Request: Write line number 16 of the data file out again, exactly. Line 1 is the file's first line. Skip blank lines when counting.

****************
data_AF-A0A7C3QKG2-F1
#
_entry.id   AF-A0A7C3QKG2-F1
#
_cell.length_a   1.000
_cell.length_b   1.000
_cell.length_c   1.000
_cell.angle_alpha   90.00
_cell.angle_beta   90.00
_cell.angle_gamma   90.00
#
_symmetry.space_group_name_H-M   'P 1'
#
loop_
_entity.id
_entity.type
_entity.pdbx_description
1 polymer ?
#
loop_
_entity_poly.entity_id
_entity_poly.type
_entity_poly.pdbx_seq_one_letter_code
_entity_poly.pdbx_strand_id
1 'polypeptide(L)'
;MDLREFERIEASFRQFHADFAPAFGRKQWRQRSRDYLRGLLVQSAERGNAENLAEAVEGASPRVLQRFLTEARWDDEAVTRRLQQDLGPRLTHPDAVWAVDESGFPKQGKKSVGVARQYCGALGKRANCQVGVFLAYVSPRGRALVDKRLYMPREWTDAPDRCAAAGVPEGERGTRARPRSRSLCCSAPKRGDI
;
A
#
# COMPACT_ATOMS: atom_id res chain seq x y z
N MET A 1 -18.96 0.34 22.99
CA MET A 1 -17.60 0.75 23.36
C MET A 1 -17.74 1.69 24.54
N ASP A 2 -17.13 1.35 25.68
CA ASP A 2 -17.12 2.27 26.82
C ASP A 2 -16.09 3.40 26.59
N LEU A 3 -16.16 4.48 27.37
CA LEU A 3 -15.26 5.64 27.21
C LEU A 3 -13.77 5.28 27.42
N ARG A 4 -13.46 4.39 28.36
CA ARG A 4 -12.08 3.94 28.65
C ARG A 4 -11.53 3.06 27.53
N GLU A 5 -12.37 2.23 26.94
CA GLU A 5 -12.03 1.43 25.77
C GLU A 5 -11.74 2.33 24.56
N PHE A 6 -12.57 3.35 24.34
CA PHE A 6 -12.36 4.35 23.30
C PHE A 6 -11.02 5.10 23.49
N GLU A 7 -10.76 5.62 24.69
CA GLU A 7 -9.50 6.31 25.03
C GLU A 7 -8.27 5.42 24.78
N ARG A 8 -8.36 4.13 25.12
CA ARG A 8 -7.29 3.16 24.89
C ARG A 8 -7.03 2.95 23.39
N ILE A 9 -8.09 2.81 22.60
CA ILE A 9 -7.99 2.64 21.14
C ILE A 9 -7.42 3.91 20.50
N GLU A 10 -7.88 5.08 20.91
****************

_entity.type